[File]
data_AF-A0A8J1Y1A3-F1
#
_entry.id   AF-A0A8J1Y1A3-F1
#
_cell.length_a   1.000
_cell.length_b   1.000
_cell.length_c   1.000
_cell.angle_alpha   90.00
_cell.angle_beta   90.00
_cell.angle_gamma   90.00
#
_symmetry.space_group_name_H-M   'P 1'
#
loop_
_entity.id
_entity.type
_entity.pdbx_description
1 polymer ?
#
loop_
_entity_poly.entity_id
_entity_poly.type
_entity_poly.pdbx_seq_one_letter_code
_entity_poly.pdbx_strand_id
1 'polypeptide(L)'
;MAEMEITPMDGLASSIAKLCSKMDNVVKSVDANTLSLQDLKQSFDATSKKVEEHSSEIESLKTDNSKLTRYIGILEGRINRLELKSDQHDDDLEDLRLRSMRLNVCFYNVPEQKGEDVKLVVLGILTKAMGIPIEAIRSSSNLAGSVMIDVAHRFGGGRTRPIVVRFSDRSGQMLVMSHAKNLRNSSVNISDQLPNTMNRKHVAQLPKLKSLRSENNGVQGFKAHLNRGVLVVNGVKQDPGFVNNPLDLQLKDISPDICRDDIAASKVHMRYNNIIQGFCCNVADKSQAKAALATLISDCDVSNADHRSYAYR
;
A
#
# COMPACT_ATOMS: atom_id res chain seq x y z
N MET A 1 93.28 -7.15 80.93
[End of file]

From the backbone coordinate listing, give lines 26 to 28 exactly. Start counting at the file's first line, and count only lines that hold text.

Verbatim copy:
;MAEMEITPMDGLASSIAKLCSKMDNVVKSVDANTLSLQDLKQSFDATSKKVEEHSSEIESLKTDNSKLTRYIGILEGRINRLELKSDQHDDDLEDLRLRSMRLNVCFYNVPEQKGEDVKLVVLGILTKAMGIPIEAIRSSSNLAGSVMIDVAHRFGGGRTRPIVVRFSDRSGQMLVMSHAKNLRNSSVNISDQLPNTMNRKHVAQLPKLKSLRSENNGVQGFKAHLNRGVLVVNGVKQDPGFVNNPLDLQLKDISPDICRDDIAASKVHMRYNNIIQGFCCNVADKSQAKAALATLISDCDVSNADHRSYAYR
;
A